Pavlova - I was first introduced to this delicate dessert by a dear friend of mine. She's the kind of friend who, no matter what, will always handcraft a dessert when we visit. No, she's not the cake-mix kinda gal. She's the whip your own whipping cream, chop berries and use a springform pan kinda woman. I like her. Okay I lied, I love her.
If you haven't yet tried pavlova, you're missing out. I prefer homemade versions over those sold in stores or at other restaurants. It's a dessert that really needs to be enjoyed when it's fresh. Each mouthful is packed with sweetness (but not too much), a cool touch of whipping cream and burst of fresh flavor from the fruit you use. I added pistachios to my final product to add a bit of a crunch, and color. If you want to go nut-free, by all means, go for it!
Now, when it comes to dessert, this is full-fat, full-sugar. There's no "lightening" up when it comes to pavlova (or atleast I haven't tried). It's an all-in kind of dessert. Does that make me feel badly? Of course not. Pavlova takes a gentle touch and I'd much rather prefer to spend as much time enjoying it as I took to prepare it. In situations like this, I always allude to something Michael Pollan wrote about in his book, Food Rules. He mentioned that french fries are often enjoyable. But, when you take time to prepare them by hand it can become quite labour-some. When you're feeding a family that can amount to a lot of time and energy to hand-prepare fries if you're serving them several times a week. So would you necessarily make french fries regularly? Probably not. But once every 6 - 8 weeks, sure! That's how I feel about pavlova.
I was never raised in a family that placed emphasis on desserts. I remember my parents serving something sweet only "once in a while" in between birthdays. Looking back, since discovering pavlova roughly four years ago, I've probably only made it a handful of times. So, like I said, I go all in.
I hope you have the opportunity to enjoy this recipe and dessert as much as I do. It's a definite crowd pleaser. You can bake it into what shape or size you wish. I changed things up by making a 4" pavlovas. The recipe was sourced from The Joy of Baking website. And fair warning, prepare to make the pavlova 4-5 hour prior to serving, you'll need time for it to cool slowly in the oven. See below:
- 4 large egg whites
- 1 cup superfine sugar
- 1/2 tsp pure vanilla extract
- 1 tsp white vinegar
- 2 tsp cornstarch
- 1 cup whipping cream
- 1 1/2 tbsp granulated white sugar (or to taste)
- 1/2 tsp pure vanilla extract
- Fresh fruit of your choice- kiwi, strawberries, raspberries, blackberries, passion fruit, peaches, pineapple, mango etc.
- Preheat oven to 250 degrees F and place rack in center of oven. Line a baking sheet with parchment paper and draw a 7 - 8 inch circle on the paper. Turn the parchment paper over so the circle is on the reverse side.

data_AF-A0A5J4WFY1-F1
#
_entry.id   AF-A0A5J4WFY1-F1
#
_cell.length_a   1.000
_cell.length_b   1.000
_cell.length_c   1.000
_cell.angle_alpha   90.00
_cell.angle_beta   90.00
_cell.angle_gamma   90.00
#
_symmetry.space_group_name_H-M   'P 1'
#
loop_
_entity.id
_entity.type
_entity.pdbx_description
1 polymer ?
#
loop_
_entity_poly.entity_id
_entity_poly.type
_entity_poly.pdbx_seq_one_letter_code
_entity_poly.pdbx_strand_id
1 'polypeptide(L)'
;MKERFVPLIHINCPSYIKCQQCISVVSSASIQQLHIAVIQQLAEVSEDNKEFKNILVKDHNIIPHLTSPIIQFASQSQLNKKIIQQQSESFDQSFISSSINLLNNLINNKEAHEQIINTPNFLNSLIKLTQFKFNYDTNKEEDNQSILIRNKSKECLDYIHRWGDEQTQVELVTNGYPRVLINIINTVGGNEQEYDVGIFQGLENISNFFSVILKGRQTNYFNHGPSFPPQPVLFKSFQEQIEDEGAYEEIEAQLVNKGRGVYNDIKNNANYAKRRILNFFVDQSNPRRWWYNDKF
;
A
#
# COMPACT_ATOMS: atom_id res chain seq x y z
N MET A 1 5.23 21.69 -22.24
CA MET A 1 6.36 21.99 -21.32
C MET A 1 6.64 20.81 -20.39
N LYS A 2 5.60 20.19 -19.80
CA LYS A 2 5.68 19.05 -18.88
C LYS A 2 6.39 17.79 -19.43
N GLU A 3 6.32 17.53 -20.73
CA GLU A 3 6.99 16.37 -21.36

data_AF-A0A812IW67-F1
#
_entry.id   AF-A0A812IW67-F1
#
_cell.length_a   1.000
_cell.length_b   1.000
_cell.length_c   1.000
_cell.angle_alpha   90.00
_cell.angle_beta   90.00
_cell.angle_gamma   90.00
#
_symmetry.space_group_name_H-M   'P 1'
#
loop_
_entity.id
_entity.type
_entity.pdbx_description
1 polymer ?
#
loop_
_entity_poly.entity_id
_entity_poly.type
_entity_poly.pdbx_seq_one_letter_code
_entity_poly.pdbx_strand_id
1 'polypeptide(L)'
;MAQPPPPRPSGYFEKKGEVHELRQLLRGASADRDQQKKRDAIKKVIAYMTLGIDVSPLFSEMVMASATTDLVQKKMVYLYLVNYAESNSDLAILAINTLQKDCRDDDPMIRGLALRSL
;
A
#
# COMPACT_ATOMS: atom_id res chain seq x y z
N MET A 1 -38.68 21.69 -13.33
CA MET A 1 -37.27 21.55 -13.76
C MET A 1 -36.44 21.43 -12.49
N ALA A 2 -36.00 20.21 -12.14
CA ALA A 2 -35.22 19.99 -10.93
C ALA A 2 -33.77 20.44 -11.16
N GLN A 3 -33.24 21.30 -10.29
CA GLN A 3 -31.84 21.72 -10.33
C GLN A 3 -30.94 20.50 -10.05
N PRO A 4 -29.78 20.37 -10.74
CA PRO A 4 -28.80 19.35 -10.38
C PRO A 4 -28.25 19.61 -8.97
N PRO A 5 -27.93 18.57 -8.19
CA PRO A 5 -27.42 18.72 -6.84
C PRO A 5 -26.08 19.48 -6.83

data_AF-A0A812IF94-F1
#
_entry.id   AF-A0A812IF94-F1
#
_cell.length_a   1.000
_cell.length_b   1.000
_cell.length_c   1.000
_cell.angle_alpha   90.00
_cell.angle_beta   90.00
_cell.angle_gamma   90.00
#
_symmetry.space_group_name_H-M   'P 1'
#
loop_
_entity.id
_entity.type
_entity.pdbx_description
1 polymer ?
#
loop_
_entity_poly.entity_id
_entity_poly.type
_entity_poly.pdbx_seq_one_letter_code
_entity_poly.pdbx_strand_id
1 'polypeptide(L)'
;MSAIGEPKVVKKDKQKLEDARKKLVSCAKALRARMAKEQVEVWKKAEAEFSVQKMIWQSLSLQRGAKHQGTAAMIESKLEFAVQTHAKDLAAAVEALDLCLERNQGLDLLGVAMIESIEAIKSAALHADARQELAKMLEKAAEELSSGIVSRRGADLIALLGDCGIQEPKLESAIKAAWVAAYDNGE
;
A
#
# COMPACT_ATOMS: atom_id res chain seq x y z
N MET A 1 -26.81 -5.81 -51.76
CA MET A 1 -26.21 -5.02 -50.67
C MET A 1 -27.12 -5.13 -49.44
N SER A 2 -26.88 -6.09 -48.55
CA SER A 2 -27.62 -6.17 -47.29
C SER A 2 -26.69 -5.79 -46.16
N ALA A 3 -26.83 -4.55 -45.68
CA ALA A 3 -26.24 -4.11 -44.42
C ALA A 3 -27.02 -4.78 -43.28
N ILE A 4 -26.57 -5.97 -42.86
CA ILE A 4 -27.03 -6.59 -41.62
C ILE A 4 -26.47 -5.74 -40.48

- In the bowl of your electric mixer, with the whisk attachment, beat the egg whites on medium speed until they hold soft peaks. Start adding the sugar, a tablespoon at a time, and continue to beat, on high speed, until the meringue holds very stiff and shiny peaks (about 5-6 minutes). Test to see if the sugar is fully dissolved by rubbing a little of the meringue between your thumb and index finger. The meringue should feel smooth, not gritty. If it feels gritty the sugar has not fully dissolved so keep beating until it feels smooth between your fingers.
- Beat in the vanilla extract.
- Sprinkle the vinegar and cornstarch over the top of the meringue and, with a rubber spatula, gently fold in.
- Spread the meringue inside the circle drawn on the parchment paper, smoothing the edges, making sure the edges of the meringue are slightly higher than the center; you want a slight well in the center of the meringue to place the whipped cream and fruit.
- Bake for 60 to 75 minutes or until the outside is dry and is a very pale cream color. Turn the oven off, leave the door slightly ajar, and let the meringue cool completely in the oven.
- The outside of the meringue will feel firm to the touch, if gently pressed, but as it cools you will get a little cracking and you will see that the inside is soft and marshmallowy.The cooled meringue can be made and stored in a cool dry place, in an airtight container, for a few days.
- Just before serving gently place the meringue onto a serving plate.
- Whip the cream in your electric mixer, with the whisk attachment, until soft peaks form. Sweeten with the sugar and vanilla and then mound the softly whipped cream into the center of the meringue.
- Arrange the fruit randomly, or in a decorative pattern, on top of the cream. Serve immediately as this dessert does not hold for more than a few hours.
A few more drool-worthy photos by: Samba Joy Photo & Art.
Oh, and just incase you missed the magical video that my friends at Samba Joy created for me, see below!
- With Love, Carrots and Cake,